•The Arch weighs 17,246 tons. Nine hundred tons of stainless steel was used to build the Arch, more than any other project in history.
•The Arch was built at a cost of $13 million. The transportation system was built at a cost of $3,500,000.
•In order to ensure that the constructed legs would meet, the margin of error for failure was 1/64th of an inch. All survey work was done at night to eliminate distortion caused by the sun’s rays. Since the Arch was constructed before the advent of computer technology, relatively crude instruments were used for these measurements.
•The Arch sways a maximum of 18″ (9″ each way) in a 150 mph wind. The usual sway is 1/2″.

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Chrystler Building

This picture was taken on my trip to New York on Thanksgiving Weekend.

The Chrysler Building is an Art Deco skyscraper in New York City, located on the east side of Manhattan in the Turtle Bay area at the intersection of 42nd Street and Lexington Avenue. Standing at 319 metres (1,047 ft), it was the world’s tallest building for 11 months before it was surpassed by the Empire State Building in 1931. After the destruction of the World Trade Center, it was again the second-tallest building in New York City until December 2007, when the spire was raised on the 365.8-metre (1,200 ft) Bank of America Tower, pushing the Chrysler Building into third position. In addition, The New York Times Building which opened in 2007, is exactly level with the Chrysler Building in height.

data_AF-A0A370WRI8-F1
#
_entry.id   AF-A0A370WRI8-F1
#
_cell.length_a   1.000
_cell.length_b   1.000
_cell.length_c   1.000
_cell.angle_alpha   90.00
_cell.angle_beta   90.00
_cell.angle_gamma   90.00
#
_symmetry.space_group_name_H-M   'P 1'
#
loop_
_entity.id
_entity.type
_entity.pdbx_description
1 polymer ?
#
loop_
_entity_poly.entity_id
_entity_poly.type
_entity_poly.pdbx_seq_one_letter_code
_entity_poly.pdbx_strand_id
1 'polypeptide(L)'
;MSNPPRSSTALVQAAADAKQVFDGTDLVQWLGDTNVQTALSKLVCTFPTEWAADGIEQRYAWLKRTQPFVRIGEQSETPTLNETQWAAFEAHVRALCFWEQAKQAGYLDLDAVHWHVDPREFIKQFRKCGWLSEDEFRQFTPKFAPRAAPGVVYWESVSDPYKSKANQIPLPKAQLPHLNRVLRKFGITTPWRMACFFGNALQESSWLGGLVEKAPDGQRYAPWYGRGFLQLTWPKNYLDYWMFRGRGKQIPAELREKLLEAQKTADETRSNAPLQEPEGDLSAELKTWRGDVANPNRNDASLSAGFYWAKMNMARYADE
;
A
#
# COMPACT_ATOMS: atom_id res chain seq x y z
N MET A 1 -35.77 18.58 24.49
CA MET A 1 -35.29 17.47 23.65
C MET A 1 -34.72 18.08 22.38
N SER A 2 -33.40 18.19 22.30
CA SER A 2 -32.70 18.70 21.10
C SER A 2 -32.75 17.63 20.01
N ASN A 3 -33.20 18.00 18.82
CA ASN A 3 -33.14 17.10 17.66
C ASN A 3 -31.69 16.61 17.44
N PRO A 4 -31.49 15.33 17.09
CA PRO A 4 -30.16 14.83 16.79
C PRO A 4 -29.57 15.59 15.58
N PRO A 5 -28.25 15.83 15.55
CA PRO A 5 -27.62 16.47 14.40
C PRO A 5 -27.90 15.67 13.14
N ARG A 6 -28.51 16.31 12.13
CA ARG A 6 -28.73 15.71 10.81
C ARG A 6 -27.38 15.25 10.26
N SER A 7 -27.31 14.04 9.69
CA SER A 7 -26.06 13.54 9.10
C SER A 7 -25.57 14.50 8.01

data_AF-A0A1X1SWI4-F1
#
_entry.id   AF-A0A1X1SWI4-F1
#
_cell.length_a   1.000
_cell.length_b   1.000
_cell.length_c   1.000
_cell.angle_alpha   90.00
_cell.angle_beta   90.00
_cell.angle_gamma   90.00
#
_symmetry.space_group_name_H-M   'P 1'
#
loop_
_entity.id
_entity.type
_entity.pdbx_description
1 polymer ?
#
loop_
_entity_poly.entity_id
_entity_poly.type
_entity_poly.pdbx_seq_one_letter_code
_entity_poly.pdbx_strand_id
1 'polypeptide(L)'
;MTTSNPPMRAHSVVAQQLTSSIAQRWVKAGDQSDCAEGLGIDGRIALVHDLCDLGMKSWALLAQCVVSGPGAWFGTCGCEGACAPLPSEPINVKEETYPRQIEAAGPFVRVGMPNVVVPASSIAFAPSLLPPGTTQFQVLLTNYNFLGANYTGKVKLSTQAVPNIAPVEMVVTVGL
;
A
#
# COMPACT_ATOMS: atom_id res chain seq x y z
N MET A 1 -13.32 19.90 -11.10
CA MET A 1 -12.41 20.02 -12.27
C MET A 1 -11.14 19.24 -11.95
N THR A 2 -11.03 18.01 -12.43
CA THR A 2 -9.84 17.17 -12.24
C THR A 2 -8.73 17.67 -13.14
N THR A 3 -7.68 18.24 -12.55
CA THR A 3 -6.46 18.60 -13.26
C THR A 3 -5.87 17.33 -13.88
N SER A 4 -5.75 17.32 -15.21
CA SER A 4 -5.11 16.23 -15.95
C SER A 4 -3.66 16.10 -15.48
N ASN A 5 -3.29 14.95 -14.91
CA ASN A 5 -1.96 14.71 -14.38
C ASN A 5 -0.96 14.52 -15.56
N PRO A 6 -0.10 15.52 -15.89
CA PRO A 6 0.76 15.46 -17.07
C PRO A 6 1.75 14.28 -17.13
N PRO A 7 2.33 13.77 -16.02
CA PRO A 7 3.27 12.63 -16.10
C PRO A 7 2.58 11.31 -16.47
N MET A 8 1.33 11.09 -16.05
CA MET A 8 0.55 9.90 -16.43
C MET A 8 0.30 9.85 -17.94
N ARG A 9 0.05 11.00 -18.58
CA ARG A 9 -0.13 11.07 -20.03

The Chrysler Building is a classic example of Art Deco architecture and considered by many contemporary architects to be one of the finest buildings in New York City. In 2007, it was ranked ninth on the List of America’s Favorite Architecture by the American Institute of Architects

The Chrysler Building was designed by architect William Van Alen for a project of Walter P. Chrysler. When the ground breaking occurred on September 19, 1928, there was an intense competition in New York City to build the world’s tallest skyscraper. Despite a frantic pace (the building was built at an average rate of four floors per week), no workers died during the construction of this skyscraper.

Design beginnings